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Peso climbs on dovish remarks from Fed chief

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THE PESO rebounded against the dollar on Wednesday following dovish comments from US Federal Reserve Chair Jerome H. Powell.

The local unit closed at P58.725 per dollar on Wednesday, strengthening by seven centavos from its P58.795 finish on Tuesday, Bankers Association of the Philippines data showed.

The peso opened Wednesday’s session slightly stronger at P58.77 per dollar. Its weakest showing was at P58.83, while its intraday best was its close of P58.725 versus the greenback.

Dollars exchanged decreased to $779.72 million on Wednesday from $915.14 million on Tuesday.

The peso went up against the dollar following dovish comments from Mr. Powell, a trader said in a phone interview.

The local unit rose as the Fed chief’s remarks renewed bets of more than one rate cut within the year, Rizal Commercial Banking Corp. Chief Economist Michael L. Ricafort said in a Viber message.

The US is back on a “disinflationary path,” Mr. Powell said on Tuesday, but policy makers need more data before cutting interest rates to verify that recent weaker inflation readings provide an accurate picture of the economy, Reuters reported.

Data for May showed the Fed’s preferred measure of inflation did not increase at all that month, while the 12-month rate of price increases has ebbed to 2.6%, still above the US central bank’s 2% target but on the way down after a scare in the first months of the year.

“We just want to understand that the levels that we’re seeing are a true reading on what is actually happening with underlying inflation,” Mr. Powell said at a monetary policy conference in Portugal sponsored by the European Central Bank.

“I think the last reading… and the one before it to a lesser suggest that we are getting back on the disinflationary path,” Mr. Powell said. “We want to be more confident that inflation is moving sustainably down toward 2%… before we start… loosening policy.”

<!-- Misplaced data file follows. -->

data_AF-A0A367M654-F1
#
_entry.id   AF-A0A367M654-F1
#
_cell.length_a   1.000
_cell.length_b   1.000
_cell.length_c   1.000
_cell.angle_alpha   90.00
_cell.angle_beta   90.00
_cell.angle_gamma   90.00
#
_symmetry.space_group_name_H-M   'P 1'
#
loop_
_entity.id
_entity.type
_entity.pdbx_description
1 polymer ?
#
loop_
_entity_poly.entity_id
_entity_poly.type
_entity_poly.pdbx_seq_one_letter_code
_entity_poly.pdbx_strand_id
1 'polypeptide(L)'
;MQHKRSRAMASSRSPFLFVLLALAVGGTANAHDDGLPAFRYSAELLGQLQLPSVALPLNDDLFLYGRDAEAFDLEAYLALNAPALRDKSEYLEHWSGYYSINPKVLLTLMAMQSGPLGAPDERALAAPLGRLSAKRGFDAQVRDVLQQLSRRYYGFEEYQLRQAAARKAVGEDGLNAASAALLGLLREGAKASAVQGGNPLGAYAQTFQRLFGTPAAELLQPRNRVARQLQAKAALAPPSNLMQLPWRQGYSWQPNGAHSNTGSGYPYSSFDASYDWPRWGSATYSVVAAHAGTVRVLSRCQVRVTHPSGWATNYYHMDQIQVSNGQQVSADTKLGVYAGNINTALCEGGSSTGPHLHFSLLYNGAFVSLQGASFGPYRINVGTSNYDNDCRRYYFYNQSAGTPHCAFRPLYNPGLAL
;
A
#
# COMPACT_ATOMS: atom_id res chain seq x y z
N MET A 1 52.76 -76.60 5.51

US short-term interest rate futures were little changed on Tuesday, with prices continuing to imply that the Fed would deliver its first rate cut in September and a second one in December.

The Fed has kept its benchmark policy interest rate steady in the 5.25%-5.5% range since last July, and still described inflation as “elevated” in its June 12 policy statement.

Whether the Fed ends up cutting in September or winds up on a more delayed timetable will hinge on the coming employment and inflation reports, including the monthly jobs report on Friday and the July 11 release of the consumer price index for June.

The Fed will hold its next policy meeting on July 30-31.

While the timing of an initial rate cut may matter little to the larger economic outcomes the Fed is seeking, policy makers are sensitive to the signal they will send by cutting rates.

They want to be sure, in particular, that the first reduction in borrowing costs becomes the start of a full monetary easing cycle that brings rates steadily down to a level where the Fed feels it is neither encouraging nor discouraging businesses and households to invest and spend.

For many officials, that has been an argument in favor of being patient and waiting longer to make the first rate cut.

For the rest of the week, the market will look at economic reports out of the US, including latest jobs data, for leads, the trader said.

For Thursday, the trader expects the peso to move between P58.50 and P58.90 per dollar, while Mr. Ricafort sees it ranging from P58.60 to P58.80. — AMCS with Reuters

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